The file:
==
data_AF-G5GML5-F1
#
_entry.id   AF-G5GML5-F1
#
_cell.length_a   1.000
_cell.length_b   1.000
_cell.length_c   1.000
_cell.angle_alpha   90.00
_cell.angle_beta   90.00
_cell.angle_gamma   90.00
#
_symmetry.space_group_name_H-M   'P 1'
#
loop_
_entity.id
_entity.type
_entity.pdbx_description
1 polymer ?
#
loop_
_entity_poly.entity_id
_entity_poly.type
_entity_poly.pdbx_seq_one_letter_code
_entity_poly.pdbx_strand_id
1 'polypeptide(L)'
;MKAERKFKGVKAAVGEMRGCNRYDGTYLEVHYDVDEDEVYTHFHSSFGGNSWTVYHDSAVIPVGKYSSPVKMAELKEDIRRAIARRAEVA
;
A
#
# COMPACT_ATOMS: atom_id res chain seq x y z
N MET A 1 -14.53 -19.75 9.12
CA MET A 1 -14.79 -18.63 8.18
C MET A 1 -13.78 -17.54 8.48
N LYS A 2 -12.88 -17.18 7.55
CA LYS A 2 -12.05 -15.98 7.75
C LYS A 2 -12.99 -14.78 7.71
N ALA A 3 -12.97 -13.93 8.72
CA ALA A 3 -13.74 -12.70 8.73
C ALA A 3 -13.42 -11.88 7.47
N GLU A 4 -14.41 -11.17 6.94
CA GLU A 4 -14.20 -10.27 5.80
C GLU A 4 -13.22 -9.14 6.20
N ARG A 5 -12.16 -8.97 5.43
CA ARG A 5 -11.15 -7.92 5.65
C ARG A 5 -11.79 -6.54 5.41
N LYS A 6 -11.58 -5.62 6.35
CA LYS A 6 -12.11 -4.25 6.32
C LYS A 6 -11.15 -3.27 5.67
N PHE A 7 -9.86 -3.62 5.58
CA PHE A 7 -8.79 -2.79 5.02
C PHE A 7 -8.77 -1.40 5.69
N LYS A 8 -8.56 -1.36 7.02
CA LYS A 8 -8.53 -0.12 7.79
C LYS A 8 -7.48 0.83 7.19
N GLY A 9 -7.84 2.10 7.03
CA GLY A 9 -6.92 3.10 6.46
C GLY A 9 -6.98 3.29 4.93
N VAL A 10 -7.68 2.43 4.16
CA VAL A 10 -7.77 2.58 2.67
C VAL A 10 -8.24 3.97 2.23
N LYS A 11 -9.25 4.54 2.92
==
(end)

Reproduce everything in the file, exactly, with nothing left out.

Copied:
data_AF-G5GML5-F1
#
_entry.id   AF-G5GML5-F1
#
_cell.length_a   1.000
_cell.length_b   1.000
_cell.length_c   1.000
_cell.angle_alpha   90.00
_cell.angle_beta   90.00
_cell.angle_gamma   90.00
#
_symmetry.space_group_name_H-M   'P 1'
#
loop_
_entity.id
_entity.type
_entity.pdbx_description
1 polymer ?
#
loop_
_entity_poly.entity_id
_entity_poly.type
_entity_poly.pdbx_seq_one_letter_code
_entity_poly.pdbx_strand_id
1 'polypeptide(L)'
;MKAERKFKGVKAAVGEMRGCNRYDGTYLEVHYDVDEDEVYTHFHSSFGGNSWTVYHDSAVIPVGKYSSPVKMAELKEDIRRAIARRAEVA
;
A
#
# COMPACT_ATOMS: atom_id res chain seq x y z
N MET A 1 -14.53 -19.75 9.12
CA MET A 1 -14.79 -18.63 8.18
C MET A 1 -13.78 -17.54 8.48
N LYS A 2 -12.88 -17.18 7.55
CA LYS A 2 -12.05 -15.98 7.75
C LYS A 2 -12.99 -14.78 7.71
N ALA A 3 -12.97 -13.93 8.72
CA ALA A 3 -13.74 -12.70 8.73
C ALA A 3 -13.42 -11.88 7.47
N GLU A 4 -14.41 -11.17 6.94
CA GLU A 4 -14.20 -10.27 5.80
C GLU A 4 -13.22 -9.14 6.20
N ARG A 5 -12.16 -8.97 5.43
CA ARG A 5 -11.15 -7.92 5.65
C ARG A 5 -11.79 -6.54 5.41
N LYS A 6 -11.58 -5.62 6.35
CA LYS A 6 -12.11 -4.25 6.32
C LYS A 6 -11.15 -3.27 5.67
N PHE A 7 -9.86 -3.62 5.58
CA PHE A 7 -8.79 -2.79 5.02
C PHE A 7 -8.77 -1.40 5.69
N LYS A 8 -8.56 -1.36 7.02
CA LYS A 8 -8.53 -0.12 7.79
C LYS A 8 -7.48 0.83 7.19
N GLY A 9 -7.84 2.10 7.03
CA GLY A 9 -6.92 3.10 6.46
C GLY A 9 -6.98 3.29 4.93
N VAL A 10 -7.68 2.43 4.16
CA VAL A 10 -7.77 2.58 2.67
C VAL A 10 -8.24 3.97 2.23
N LYS A 11 -9.25 4.54 2.92